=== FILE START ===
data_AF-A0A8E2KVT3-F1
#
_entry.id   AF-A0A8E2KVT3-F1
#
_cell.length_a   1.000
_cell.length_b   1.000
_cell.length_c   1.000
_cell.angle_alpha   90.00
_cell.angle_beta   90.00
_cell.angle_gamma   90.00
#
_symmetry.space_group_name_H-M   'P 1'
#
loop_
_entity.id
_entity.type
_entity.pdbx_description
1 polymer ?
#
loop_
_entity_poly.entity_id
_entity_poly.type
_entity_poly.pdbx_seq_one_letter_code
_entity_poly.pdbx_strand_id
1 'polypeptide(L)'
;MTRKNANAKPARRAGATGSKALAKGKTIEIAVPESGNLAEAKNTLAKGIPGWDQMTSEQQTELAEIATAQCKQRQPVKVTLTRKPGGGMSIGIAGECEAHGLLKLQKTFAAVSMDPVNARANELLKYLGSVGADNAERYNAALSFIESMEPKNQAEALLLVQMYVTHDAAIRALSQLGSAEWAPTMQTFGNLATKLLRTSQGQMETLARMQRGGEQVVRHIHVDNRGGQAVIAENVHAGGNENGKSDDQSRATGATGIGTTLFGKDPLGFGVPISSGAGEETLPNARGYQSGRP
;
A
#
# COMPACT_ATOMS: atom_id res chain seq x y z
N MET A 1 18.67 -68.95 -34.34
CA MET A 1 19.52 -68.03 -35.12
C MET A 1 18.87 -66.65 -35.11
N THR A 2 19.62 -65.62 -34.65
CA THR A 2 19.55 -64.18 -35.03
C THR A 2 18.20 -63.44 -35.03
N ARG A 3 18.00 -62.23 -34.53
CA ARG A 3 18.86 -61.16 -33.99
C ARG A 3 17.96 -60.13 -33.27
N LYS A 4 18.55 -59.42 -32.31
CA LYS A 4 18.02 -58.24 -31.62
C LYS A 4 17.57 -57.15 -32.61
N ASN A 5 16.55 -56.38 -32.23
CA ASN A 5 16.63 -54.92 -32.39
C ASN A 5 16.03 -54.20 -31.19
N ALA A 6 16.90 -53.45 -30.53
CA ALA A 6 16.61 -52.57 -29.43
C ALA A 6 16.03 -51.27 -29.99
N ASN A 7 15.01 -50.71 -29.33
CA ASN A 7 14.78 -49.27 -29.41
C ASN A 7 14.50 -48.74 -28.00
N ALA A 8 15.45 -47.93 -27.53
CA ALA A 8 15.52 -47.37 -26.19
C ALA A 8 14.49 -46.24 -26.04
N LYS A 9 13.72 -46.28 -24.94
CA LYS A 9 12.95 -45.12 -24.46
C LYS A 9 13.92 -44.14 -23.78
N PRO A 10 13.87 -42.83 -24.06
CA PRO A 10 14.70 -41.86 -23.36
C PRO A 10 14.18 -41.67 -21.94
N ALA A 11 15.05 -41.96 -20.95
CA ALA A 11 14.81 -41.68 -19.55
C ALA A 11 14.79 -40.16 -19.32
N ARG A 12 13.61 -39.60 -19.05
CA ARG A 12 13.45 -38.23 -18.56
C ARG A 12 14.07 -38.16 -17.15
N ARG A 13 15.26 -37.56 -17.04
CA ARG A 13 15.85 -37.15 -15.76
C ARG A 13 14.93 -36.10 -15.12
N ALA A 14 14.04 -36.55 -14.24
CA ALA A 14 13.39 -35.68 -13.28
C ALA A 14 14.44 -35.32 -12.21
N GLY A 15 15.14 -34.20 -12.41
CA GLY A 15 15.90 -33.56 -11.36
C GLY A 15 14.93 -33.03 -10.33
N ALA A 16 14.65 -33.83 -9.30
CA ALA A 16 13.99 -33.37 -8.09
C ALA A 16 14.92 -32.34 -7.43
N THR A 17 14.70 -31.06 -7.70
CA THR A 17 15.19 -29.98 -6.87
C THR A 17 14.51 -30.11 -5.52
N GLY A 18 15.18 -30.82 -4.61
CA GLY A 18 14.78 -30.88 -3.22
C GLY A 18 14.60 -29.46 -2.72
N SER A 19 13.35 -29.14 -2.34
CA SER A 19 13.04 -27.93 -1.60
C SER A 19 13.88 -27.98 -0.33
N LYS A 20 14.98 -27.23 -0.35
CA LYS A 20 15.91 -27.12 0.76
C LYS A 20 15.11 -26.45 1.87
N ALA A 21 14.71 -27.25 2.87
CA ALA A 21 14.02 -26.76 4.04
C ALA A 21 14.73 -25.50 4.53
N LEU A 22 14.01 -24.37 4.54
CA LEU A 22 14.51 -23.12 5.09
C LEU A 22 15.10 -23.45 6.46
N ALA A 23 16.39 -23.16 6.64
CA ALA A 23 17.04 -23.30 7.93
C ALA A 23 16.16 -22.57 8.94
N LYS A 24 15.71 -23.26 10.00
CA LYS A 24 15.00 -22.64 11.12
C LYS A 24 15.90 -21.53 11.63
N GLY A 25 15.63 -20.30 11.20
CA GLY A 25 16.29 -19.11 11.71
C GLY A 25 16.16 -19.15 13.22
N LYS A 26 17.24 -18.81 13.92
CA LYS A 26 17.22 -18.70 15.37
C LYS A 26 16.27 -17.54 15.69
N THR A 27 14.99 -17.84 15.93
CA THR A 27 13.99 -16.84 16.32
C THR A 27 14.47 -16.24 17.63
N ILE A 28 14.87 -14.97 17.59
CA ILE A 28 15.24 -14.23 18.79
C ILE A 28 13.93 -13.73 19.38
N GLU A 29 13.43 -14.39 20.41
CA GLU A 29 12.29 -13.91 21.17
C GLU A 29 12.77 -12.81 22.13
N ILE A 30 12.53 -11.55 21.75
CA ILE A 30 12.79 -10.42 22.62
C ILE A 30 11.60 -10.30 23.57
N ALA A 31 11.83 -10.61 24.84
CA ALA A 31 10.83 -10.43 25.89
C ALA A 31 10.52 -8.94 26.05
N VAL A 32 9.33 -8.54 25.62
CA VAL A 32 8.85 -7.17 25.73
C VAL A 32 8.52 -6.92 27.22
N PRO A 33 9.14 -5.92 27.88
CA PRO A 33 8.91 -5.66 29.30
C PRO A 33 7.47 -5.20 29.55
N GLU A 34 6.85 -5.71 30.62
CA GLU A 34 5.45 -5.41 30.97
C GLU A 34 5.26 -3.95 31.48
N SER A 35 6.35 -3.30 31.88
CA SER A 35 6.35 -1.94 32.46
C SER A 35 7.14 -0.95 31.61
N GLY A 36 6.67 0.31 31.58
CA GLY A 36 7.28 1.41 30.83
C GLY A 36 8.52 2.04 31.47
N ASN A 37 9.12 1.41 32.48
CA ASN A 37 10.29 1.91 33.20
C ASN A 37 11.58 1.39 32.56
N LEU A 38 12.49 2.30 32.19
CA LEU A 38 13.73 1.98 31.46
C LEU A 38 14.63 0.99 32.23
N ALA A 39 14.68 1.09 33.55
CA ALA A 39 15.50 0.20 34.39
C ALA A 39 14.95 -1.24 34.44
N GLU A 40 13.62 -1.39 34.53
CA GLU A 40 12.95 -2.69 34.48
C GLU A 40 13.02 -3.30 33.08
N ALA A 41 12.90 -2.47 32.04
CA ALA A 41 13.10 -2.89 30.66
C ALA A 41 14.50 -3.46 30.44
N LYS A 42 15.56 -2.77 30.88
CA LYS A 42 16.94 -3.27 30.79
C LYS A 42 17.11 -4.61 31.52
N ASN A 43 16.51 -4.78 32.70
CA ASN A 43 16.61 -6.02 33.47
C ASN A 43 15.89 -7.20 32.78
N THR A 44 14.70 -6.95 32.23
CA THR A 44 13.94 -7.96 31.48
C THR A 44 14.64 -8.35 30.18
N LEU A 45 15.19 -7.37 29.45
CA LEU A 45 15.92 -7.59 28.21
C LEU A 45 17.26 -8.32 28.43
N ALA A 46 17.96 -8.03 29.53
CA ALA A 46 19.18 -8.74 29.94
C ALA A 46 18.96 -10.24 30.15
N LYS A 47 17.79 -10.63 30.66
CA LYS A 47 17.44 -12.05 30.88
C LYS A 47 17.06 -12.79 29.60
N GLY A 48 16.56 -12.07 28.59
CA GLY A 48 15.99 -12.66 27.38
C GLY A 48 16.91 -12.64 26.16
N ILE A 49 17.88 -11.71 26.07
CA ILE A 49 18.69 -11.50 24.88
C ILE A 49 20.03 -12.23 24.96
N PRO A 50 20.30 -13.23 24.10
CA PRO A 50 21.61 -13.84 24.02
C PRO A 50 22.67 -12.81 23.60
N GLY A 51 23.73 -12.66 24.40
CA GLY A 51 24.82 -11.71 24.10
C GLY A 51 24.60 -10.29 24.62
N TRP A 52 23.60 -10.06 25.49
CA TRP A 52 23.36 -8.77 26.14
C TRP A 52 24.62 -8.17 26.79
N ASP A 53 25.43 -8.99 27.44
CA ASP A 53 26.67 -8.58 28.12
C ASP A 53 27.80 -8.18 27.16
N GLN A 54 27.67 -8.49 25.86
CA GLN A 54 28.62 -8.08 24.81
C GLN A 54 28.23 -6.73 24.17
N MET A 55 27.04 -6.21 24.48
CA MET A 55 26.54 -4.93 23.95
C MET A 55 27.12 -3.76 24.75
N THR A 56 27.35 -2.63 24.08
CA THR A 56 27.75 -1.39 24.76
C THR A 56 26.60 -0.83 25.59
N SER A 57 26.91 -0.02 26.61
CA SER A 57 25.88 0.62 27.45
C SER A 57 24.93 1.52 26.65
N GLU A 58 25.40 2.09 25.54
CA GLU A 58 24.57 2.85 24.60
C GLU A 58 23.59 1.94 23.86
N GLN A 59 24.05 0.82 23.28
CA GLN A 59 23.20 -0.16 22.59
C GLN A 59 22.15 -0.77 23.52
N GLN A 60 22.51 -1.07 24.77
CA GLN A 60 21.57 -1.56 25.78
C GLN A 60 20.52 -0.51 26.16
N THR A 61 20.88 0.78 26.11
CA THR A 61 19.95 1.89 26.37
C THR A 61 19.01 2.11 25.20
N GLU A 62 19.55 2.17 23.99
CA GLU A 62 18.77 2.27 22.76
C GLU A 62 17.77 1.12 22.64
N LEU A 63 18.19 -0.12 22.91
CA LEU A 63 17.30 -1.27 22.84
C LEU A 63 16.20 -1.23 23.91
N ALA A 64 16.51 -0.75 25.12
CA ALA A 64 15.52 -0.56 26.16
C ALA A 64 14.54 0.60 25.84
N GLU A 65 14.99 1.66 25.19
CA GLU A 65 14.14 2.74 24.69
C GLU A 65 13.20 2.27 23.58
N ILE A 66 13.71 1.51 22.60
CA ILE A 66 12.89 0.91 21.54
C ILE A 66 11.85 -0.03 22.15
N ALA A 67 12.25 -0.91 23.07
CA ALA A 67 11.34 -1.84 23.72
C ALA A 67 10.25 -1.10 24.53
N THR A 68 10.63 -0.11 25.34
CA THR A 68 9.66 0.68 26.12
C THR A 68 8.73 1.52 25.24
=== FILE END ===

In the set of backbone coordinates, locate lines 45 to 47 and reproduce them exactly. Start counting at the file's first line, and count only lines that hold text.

C ASN A 5 16.03 -54.20 -31.19
N ALA A 6 16.90 -53.45 -30.53
CA ALA A 6 16.61 -52.57 -29.43